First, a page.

Let’s check out some new trailers and see how these marketers are trying to win our moviegoing time and dollars…

If I had kids, I just might take them to see this for an afternoon’s entertainment. I’m surprised by what seems like a winning sense of humor and a skillful spoof of hero-story tropes and trailer conventions. And even though the character designs rely a little too heavily on Pixar people and The Iron Giant, I’m favorably disposed to it for getting through the whole trailer without a fart, poop, or vomit joke. Oh… wait. Dang. I spoke too soon. (Sigh.)

So? Hmmm. I don’t feel like persuading parents against it, but I probably won’t go see it.

Trailers are usually designed to make us desire more of what we’re seeing. The things this trailer assumes will hook us? A famously glamorous actress. The dramatic potential of guns. A lascivious revelation of sexual abuse happening behind closed doors. The lurid horror of a woman being beaten. An appeal to sentimentality because — awww, shucks, it’s her sister! How many movies open every year that use the endangerment of a family member as justification for hero to pick up a gun and try to fix things on their own? (It’s an appealing lie — that if we can just get guns into our hands, we’re equipped to defend our families and undo injustice. And yet tomorrow’s headlines will remind us of what the availability of guns makes possible. You’re unlikely to read about any gun owner’s heroism.)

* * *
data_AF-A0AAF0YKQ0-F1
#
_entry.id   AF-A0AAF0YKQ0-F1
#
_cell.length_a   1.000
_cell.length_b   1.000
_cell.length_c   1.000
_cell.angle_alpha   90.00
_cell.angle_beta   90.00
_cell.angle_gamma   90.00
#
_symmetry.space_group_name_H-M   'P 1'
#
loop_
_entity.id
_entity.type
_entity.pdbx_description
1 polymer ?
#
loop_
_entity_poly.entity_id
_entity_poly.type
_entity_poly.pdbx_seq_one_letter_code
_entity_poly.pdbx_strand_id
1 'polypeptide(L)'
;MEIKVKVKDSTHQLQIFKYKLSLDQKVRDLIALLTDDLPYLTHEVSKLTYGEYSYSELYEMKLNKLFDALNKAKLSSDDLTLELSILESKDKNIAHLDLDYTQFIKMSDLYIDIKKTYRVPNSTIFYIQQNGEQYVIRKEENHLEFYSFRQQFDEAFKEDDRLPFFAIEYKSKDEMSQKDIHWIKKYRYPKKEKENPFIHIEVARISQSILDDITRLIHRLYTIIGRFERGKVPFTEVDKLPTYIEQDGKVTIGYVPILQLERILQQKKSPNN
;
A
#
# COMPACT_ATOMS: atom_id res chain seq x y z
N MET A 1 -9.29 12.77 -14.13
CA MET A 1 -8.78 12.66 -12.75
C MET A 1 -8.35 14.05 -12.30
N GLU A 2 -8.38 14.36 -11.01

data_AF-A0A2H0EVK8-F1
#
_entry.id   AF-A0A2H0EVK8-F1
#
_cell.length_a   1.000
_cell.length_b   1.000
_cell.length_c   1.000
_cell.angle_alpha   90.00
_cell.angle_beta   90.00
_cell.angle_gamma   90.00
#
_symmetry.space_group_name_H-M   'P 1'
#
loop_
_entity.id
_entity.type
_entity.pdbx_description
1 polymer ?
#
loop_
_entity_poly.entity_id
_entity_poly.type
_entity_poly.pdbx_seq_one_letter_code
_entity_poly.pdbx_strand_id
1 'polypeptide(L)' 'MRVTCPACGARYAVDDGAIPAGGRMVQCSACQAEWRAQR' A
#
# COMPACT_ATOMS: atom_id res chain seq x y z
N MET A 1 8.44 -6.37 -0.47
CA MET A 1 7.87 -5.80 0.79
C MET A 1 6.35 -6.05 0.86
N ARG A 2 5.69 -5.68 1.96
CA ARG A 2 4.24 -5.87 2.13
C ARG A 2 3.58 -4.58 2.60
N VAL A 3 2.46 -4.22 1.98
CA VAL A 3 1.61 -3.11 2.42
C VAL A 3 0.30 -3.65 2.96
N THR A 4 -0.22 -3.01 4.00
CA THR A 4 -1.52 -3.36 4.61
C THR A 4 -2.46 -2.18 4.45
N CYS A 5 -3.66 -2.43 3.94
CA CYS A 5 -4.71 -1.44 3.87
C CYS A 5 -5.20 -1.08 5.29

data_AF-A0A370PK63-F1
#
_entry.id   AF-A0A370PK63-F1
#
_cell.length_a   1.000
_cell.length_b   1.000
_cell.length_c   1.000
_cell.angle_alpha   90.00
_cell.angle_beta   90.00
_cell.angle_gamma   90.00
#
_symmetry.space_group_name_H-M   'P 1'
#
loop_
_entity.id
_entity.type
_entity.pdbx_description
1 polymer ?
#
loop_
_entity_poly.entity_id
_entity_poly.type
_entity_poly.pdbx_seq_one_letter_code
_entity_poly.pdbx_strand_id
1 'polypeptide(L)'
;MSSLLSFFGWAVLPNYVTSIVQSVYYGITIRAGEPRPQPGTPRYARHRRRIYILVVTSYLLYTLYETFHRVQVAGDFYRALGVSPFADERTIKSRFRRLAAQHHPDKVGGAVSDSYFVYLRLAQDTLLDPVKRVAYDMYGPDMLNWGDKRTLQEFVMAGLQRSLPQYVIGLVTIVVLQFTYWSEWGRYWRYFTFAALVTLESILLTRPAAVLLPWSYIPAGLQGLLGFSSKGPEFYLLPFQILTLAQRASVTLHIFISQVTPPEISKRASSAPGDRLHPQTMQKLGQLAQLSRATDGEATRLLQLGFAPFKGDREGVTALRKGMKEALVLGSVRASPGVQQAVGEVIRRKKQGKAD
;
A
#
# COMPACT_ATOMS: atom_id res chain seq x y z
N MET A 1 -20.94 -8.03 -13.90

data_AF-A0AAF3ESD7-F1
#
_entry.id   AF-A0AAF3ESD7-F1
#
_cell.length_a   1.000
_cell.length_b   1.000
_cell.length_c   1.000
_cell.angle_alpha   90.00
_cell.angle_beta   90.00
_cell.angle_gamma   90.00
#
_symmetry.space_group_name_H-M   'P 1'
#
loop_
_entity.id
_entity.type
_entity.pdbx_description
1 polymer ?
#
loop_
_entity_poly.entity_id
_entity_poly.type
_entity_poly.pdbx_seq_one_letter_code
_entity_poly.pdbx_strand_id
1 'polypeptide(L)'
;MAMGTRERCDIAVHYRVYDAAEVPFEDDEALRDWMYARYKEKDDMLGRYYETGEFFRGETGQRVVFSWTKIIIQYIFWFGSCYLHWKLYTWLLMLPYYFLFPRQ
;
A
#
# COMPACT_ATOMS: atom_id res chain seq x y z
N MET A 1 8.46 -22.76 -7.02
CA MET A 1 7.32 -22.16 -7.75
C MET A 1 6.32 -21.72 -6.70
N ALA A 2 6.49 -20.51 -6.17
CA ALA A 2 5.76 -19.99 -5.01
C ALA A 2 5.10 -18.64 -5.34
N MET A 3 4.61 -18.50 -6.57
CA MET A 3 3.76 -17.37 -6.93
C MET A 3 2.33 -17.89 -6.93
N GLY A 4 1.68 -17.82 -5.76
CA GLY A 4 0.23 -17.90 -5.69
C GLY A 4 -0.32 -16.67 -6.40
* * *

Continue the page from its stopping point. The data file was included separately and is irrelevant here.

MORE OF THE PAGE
So? Ick. No thank you.

The Searchers. Unforgiven. No Country for Old Men. This trailer is appealing to our admiration for some of the darkest and most unsettling Westerns. I’m intrigued by its cast, but put off by the trailer’s excess of gunshots. And that last shot is a cheap choice: Horrify them with a suggestion of rape and they’ll line up for tickets! If this turns out to be a character-driven story, it might be something substantial. But if it borrows from better movies to contrive new variations in onscreen violence, it’ll be a crime against moviegoers. The movie might turn out to be worthwhile. The trailer starts strong but eventually devolves.

So? I’ll read reviews on opening day, but so far I’m more concerned than impressed.

These people seem real. These characters — and their environments — feel complex, lived-in, full of mysteries and surprises. These scenes feel like they’re really happening. Watching them, I feel like a contemplative ghost, respectfully present for private experiences. But then the trailer starts piling on endorsements, flashing festival credits at us, and reminding us that these are accomplished actors. As it does, I fall out of the intrigue that the trailer was developing. Then, there’s a line from Rampling that sounds very much like a variation on a key line at the end of Eyes Wide Shut — which makes me wonder if that’s deliberate, if this is a sort of Kubrickian meditation on marriage played out by characters who have aged beyond the easy sex appeal of Cruise and Kidman. And then I ask myself: Wouldn’t that be a good thing?

So? We don’t have enough thoughtful films about what marriage is really about. This looks like a work of art, even if it’s a little too eager to announce that it is one. I’m going to plan on seeing it.